Labor Day is almost upon us, and like some of my fellow graybeards, I can, if I concentrate, actually remember what it was that this holiday once celebrated. Something about America being the land of broadly shared prosperity. Something about America being the first nation in human history that had a middle-class majority, where parents had every reason to think their children would fare even better than they had.
The young may be understandably incredulous, but the Great Compression, as economists call it, was the single most important social fact in our country in the decades after World War II. From 1947 through 1973, American productivity rose by a whopping 104 percent, and median family income rose by the very same 104 percent. More Americans bought homes and new cars and sent their kids to college than ever before. In ways more difficult to quantify, the mass prosperity fostered a generosity of spirit: The civil rights revolution and the Marshall Plan both emanated from an America in which most people were imbued with a sense of economic security.
That America is as dead as the dodo. Ours is the age of the Great Upward Redistribution. The median hourly wage for Americans has declined by 2 percent since 2003, though productivity has been rising handsomely. Last year, according to figures released just yesterday by the Census Bureau, wages for men declined by 1.8 percent and for women by 1.3 percent.
As a remarkable story by Steven Greenhouse and David Leonhardt in Monday's New York Times makes abundantly clear, wages and salaries now make up the lowest share of gross domestic product since 1947, when the government began measuring such things. Corporate profits, by contrast, have risen to their highest share of the GDP since the mid-'60s -- a gain that has come chiefly at the expense of American workers.
Don't take my word for it. According to a report by Goldman Sachs economists, "the most important contributor to higher profit margins over the past five years has been a decline in labor's share of national income."
As the Times story notes, the share of GDP going to profits is also at near-record highs in Western Europe and Japan.
Clearly, globalization has weakened the power of workers and begun to erode the egalitarian policies of the New Deal and social democracy that characterized the advanced industrial world in the second half of the 20th century.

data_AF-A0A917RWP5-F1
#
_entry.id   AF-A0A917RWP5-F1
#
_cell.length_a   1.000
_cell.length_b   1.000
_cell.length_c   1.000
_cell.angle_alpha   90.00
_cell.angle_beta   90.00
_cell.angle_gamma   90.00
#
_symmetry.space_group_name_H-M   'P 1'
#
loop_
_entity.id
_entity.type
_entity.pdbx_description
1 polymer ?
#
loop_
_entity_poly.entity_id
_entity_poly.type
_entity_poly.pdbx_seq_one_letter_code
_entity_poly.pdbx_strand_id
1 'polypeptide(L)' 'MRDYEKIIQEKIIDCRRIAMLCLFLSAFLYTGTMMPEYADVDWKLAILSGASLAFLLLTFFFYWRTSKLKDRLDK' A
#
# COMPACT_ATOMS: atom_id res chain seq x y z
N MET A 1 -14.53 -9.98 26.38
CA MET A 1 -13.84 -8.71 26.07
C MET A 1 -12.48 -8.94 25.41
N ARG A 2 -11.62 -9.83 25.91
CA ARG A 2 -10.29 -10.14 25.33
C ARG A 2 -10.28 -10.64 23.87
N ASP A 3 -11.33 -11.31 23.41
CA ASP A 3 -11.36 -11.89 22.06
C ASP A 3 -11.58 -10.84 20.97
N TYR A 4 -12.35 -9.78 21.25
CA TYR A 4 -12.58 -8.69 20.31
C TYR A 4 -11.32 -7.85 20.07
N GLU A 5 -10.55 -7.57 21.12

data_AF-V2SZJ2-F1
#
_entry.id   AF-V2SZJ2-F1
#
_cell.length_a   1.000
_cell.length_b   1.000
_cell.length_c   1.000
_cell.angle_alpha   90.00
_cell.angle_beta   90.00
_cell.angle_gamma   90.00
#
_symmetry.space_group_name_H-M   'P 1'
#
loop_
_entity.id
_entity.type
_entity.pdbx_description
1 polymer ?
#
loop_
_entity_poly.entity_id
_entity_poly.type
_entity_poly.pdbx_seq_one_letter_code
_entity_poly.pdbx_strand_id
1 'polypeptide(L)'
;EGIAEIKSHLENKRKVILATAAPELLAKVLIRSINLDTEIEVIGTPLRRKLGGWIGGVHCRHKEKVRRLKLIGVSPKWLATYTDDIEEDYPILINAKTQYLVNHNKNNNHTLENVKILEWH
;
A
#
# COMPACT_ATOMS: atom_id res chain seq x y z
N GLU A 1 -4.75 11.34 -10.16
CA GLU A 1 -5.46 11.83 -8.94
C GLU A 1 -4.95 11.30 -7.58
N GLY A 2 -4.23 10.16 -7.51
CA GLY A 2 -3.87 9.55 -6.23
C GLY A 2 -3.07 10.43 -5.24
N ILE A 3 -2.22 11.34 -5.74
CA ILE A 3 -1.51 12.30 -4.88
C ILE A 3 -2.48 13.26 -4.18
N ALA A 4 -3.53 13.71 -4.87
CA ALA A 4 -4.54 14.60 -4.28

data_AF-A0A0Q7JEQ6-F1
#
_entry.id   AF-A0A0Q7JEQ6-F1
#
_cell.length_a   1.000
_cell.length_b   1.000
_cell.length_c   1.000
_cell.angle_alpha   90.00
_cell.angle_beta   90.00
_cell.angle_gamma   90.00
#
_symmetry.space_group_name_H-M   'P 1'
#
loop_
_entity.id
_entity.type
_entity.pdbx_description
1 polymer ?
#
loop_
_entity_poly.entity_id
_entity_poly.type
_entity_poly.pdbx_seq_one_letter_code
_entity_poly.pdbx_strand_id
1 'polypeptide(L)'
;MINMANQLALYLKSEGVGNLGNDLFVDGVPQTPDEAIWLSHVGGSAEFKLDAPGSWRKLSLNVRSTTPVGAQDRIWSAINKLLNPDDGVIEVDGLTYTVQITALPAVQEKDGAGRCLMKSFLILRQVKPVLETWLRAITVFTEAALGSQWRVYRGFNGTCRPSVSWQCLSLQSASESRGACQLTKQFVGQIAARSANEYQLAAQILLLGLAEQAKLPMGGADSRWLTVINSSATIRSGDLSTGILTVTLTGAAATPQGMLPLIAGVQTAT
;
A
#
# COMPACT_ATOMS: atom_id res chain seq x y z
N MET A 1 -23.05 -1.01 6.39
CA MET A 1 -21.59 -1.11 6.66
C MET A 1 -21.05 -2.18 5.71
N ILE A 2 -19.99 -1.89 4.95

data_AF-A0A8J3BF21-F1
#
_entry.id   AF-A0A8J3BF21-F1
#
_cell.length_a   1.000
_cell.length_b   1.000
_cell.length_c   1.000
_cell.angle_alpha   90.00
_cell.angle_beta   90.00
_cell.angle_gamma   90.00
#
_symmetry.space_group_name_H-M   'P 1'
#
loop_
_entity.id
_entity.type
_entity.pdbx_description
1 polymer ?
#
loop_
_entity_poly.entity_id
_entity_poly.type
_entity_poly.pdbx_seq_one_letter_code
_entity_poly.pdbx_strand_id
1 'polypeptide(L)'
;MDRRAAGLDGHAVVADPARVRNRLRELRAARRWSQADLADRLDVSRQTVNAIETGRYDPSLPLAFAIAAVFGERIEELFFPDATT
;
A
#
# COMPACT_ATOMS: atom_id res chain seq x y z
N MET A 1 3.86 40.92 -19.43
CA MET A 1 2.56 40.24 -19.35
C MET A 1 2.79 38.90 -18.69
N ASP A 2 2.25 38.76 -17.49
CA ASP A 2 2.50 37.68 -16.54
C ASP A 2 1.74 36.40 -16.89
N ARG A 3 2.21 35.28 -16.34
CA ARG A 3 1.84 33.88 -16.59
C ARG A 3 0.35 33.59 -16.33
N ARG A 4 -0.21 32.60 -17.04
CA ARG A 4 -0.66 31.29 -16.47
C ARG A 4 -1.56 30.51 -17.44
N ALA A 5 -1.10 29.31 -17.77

For those who profit from this redistribution, there's something comforting in being able to attribute this shift to the vast, impersonal forces of globalization. The stagnant incomes of most Americans can be depicted as the inevitable outcome of events over which we have no control, like the shifting of tectonic plates.
Problem is, the declining power of the American workforce antedates the integration of China and India into the global labor pool by several decades. Since 1973 productivity gains have outpaced median family income by 3 to 1. Clearly, the war of American employers on unions, which began around that time, is also substantially responsible for the decoupling of increased corporate revenue from employees' paychecks.
But finger a corporation for exploiting its workers and you're trafficking in class warfare. Of late a number of my fellow pundits have charged that Democratic politicians concerned about the further expansion of Wal-Mart are simply pandering to unions. Wal-Mart offers low prices and jobs to economically depressed communities, they argue. What's wrong with that?
Were that all that Wal-Mart did, of course, the answer would be "nothing." But as business writer Barry Lynn demonstrated in a brilliant essay in the July issue of Harper's, Wal-Mart also exploits its position as the biggest retailer in human history -- 20 percent of all retail transactions in the United States take place at Wal-Marts, Lynn wrote -- to drive down wages and benefits all across the economy. The living standards of supermarket workers have been diminished in the process, but Wal-Mart's reach extends into manufacturing and shipping as well. Thousands of workers have been let go at Kraft, Lynn shows, due to the economies that Wal-Mart forced on the company. Of Wal-Mart's 10 top suppliers in 1994, four have filed bankruptcies.
For the bottom 90 percent of the American workforce, work just doesn't pay, or provide security, as it used to.
Devaluing labor is the very essence of our economy. I know that airlines are a particularly embattled industry, but my eye was recently caught by a story on Mesaba Airlines, an affiliate of Northwest, where the starting annual salary for pilots is $21,000 a year, and where the company is seeking a pay cut of 19 percent. Maybe Mesaba's plan is to have its pilots hit up passengers for tips.
Labor Day is almost upon us. What a joke.